Benefits are put forward by pro-union organizers. These benefits include equity in pay, workplace safety, humane work hours, job security and participation in the process of deciding how the company will change over time.
Critics of organized labour disavow such benefits and, indeed, instances in which unions have failed in their intentions and left businesses floundering appear to be numerous.
How can a system of organized labour exist as both champion and desecrator of business and industry; a social force for stability and equity, yet a careless and unbalanced threat to economic integrity?
To answer these questions we must first come to understand HOW each of these perceptions of organized labour has arisen historically. This will lead us more or less directly into a discussion of 1) the spectrum of philosophies, ethics, and principles belonging to and preceding said perspectives and 2) the broader context in which the spectrum of attitudes about labour have arisen.
Through this process of historical and philosophical mapping further questions about the nature of labour, how and why we organize ourselves about it will be discovered. These questions in turn will set the framework for more in-depth critical examination into 3) Ecological models for the valuing and exercise of labour and, finally, 4) An outline for the establishment of organized labour according to, informed by, and in solidarity with the greater gestalt that includes both the needs and characteristics of human society AND the ecology in which society is manifest.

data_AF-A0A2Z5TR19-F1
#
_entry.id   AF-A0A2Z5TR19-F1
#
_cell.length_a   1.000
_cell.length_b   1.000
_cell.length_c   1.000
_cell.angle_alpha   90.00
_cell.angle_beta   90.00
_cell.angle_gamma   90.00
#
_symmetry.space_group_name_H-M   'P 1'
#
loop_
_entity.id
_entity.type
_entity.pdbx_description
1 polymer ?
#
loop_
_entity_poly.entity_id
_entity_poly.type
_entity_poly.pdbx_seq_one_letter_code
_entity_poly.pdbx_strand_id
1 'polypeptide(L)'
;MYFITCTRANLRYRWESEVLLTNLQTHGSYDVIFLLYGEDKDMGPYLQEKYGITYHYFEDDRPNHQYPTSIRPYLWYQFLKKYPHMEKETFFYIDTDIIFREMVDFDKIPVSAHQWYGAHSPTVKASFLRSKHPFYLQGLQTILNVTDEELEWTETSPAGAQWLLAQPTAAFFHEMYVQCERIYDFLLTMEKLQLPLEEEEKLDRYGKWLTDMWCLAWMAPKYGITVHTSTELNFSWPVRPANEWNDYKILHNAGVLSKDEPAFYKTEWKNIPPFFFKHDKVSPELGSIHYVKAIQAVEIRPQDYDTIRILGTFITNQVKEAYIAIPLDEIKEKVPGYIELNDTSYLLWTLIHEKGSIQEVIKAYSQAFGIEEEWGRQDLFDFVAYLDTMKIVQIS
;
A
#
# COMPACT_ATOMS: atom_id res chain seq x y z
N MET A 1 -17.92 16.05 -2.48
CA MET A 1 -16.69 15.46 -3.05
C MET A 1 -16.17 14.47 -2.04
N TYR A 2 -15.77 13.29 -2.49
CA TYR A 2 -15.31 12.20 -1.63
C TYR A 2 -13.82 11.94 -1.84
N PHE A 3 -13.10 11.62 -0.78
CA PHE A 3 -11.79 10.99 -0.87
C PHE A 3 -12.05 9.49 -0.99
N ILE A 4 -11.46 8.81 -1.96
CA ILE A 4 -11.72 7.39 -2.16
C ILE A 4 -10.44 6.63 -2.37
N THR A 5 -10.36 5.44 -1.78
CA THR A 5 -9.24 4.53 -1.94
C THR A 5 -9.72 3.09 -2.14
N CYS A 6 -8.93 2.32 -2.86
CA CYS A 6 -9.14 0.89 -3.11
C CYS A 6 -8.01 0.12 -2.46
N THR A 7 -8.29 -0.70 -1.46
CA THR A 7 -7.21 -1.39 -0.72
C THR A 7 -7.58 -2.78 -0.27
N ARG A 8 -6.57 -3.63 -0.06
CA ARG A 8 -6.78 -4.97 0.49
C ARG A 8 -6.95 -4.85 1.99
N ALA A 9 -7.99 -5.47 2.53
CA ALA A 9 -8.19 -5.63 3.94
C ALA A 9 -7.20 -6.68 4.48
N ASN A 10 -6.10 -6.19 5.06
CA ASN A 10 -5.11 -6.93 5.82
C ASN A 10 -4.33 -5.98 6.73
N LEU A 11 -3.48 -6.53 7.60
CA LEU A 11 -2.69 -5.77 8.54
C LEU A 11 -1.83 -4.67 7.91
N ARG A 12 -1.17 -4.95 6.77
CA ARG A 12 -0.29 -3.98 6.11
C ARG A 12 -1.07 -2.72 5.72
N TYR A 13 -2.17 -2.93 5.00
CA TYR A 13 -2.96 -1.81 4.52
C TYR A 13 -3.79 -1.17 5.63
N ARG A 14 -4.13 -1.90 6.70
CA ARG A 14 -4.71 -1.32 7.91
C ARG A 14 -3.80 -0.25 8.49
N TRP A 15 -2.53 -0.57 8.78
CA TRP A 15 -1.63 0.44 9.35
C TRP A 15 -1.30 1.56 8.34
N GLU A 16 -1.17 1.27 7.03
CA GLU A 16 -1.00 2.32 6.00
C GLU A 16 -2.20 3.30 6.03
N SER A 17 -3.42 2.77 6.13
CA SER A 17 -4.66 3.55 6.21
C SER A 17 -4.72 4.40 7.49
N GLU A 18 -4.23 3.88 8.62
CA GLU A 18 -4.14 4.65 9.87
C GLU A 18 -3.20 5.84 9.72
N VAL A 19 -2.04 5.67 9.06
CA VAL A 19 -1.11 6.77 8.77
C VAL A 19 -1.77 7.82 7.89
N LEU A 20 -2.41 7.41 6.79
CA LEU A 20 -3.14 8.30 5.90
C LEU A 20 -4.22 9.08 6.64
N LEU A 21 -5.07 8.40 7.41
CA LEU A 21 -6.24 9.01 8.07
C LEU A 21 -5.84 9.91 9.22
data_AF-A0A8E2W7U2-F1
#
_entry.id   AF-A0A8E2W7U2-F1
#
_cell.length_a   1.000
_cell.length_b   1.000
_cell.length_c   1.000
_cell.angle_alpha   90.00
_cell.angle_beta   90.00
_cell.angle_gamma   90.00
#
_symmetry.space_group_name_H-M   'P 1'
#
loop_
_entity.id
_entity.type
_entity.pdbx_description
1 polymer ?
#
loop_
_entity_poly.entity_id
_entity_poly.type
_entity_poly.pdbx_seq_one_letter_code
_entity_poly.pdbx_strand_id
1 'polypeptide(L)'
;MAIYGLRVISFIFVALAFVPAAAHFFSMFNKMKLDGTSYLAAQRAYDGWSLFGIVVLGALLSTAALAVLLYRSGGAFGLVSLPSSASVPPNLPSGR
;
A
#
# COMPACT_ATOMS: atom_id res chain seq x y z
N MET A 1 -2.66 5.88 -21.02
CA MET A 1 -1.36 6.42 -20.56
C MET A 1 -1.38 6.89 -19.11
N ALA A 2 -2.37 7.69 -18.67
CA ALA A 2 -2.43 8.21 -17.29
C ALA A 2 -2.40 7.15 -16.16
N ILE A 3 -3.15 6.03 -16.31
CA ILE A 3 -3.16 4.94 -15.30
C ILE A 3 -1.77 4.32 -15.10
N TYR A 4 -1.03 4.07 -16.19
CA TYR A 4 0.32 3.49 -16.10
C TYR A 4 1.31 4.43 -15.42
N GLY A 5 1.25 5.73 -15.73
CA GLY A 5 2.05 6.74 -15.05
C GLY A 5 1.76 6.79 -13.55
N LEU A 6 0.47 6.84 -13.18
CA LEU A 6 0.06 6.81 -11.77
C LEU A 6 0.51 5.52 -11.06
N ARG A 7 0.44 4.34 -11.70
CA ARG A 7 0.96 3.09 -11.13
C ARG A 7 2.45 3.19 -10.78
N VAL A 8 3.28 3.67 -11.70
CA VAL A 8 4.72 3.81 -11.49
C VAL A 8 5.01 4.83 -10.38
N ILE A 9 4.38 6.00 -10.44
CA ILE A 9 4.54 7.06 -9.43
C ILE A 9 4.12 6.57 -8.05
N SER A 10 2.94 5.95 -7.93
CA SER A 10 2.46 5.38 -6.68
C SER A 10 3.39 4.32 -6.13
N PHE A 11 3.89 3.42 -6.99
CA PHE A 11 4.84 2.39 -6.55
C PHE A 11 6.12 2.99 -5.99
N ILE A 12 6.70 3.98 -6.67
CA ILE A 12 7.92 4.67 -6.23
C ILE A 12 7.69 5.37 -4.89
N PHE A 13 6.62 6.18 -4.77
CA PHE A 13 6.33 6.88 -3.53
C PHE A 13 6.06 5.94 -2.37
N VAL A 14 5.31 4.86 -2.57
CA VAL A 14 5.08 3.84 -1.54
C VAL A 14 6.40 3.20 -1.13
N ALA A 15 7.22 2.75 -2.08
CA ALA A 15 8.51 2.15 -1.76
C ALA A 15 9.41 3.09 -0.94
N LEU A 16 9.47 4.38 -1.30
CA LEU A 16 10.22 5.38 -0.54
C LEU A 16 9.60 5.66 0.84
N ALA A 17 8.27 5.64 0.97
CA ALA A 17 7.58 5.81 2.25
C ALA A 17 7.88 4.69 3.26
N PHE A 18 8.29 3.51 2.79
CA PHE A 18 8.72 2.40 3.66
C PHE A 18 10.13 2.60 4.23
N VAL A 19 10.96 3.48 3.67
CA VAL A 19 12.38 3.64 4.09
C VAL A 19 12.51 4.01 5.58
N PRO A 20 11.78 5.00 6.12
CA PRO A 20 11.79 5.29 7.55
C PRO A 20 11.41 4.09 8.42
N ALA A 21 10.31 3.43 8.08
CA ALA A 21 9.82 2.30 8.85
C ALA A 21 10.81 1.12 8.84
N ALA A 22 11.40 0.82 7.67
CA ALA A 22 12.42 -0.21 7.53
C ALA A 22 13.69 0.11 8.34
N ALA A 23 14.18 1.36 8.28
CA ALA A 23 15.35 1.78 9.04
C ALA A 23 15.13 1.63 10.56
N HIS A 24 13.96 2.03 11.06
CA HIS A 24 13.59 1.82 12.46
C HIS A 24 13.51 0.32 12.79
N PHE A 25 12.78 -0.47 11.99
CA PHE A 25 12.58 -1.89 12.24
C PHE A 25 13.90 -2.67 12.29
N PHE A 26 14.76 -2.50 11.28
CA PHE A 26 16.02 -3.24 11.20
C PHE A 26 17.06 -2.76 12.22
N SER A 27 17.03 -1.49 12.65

At the completion of the work the reader will have a deeper understanding of how we have come to find ourselves in the difficult straits with respect to the work we all do, whatever its nature may be, and I hope the reader will acquire some useful tools for the crafting of healthier, more fulfilling and ultimately more productive modes of meeting their own needs without sacrificing their invaluable and finite life to the greater benefit of just a few careless and misguided members of society.
We all want to be happy, and we all want to eliminate suffering. Let that be the common thought as we go together into the coming months and years to cultivate a depth of understanding that will rival and surpass in mind the skill and integrity we bring to our physical labour by our own hands.
-By Pulla Pulla